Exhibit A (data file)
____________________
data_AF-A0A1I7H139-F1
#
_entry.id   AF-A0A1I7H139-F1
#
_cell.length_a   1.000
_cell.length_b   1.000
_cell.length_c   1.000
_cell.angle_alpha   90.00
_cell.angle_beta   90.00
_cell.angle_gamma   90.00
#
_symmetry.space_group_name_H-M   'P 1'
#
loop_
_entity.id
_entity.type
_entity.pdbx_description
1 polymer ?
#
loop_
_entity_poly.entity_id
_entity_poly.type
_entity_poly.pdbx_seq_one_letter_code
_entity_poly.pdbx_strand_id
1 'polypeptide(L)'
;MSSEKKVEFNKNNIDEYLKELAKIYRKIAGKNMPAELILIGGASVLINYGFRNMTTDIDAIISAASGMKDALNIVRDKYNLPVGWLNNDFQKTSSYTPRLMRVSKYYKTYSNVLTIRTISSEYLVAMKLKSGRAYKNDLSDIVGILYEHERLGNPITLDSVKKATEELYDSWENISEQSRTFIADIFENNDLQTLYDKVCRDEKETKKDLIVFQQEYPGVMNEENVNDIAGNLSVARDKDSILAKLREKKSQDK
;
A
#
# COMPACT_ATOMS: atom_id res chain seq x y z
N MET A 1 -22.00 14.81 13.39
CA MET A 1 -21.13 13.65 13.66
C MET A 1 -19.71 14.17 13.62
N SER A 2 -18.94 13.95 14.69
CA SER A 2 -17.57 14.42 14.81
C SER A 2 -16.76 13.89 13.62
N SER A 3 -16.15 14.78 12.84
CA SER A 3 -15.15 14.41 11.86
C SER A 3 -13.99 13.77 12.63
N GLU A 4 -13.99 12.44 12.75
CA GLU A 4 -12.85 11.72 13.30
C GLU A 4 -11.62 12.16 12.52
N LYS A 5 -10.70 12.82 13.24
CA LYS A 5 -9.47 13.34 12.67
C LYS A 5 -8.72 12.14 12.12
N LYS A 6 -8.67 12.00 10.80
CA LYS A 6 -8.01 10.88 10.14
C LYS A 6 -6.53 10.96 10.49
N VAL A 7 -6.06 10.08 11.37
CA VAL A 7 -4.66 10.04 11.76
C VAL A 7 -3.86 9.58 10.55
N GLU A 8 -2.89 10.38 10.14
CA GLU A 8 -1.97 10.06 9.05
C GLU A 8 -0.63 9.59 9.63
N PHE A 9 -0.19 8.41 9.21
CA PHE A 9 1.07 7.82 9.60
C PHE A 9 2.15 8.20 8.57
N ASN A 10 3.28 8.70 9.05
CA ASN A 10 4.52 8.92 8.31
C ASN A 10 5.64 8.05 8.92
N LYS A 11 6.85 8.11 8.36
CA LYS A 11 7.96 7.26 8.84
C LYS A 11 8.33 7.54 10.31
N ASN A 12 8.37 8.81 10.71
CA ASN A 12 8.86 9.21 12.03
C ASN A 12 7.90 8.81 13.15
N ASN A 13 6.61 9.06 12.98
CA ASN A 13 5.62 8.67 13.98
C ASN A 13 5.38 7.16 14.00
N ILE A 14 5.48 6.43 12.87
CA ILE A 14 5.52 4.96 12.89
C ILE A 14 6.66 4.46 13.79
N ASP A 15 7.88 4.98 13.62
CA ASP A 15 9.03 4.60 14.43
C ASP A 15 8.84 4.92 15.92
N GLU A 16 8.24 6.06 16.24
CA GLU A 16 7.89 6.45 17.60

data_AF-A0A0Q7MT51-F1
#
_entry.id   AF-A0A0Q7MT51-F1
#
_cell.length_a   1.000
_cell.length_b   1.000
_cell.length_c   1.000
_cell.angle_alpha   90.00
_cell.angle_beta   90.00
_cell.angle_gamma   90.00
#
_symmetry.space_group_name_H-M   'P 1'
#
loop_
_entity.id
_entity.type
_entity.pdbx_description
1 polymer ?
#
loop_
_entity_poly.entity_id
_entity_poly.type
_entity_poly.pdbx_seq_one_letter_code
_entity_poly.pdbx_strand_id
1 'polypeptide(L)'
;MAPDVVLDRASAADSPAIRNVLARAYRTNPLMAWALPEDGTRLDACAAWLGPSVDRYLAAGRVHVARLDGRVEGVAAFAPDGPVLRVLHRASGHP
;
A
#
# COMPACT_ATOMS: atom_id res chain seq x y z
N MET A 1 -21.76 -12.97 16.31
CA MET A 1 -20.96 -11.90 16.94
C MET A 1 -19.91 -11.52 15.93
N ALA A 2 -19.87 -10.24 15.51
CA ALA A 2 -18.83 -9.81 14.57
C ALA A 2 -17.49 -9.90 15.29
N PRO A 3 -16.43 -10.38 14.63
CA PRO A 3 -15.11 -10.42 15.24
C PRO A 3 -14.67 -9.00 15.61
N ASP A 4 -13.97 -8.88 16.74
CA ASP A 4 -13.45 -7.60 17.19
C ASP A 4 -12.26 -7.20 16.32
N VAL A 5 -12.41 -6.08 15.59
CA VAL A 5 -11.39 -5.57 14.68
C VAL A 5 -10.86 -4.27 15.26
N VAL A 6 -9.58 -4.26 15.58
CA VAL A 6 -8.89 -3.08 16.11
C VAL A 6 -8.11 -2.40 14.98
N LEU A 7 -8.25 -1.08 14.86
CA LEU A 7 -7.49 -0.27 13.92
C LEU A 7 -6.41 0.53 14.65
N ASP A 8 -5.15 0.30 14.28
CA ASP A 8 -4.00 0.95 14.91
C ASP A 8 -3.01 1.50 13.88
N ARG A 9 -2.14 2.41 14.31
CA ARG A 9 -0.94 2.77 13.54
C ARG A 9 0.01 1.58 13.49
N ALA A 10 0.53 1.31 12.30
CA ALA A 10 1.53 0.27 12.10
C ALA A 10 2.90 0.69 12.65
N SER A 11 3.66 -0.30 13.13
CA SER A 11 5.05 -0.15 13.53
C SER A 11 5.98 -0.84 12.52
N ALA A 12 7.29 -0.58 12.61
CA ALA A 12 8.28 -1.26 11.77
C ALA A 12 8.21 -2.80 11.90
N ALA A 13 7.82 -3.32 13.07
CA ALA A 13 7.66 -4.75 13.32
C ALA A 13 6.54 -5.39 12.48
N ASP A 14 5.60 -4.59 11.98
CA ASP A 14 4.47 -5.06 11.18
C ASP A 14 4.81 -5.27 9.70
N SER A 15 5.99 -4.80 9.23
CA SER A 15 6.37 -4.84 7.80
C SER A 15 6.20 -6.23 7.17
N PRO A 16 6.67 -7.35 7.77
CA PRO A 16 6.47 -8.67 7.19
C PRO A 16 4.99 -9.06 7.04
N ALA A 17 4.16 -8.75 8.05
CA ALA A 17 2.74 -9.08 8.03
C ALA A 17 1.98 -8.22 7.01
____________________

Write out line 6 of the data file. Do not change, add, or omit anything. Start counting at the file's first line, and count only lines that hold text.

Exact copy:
_cell.length_b   1.000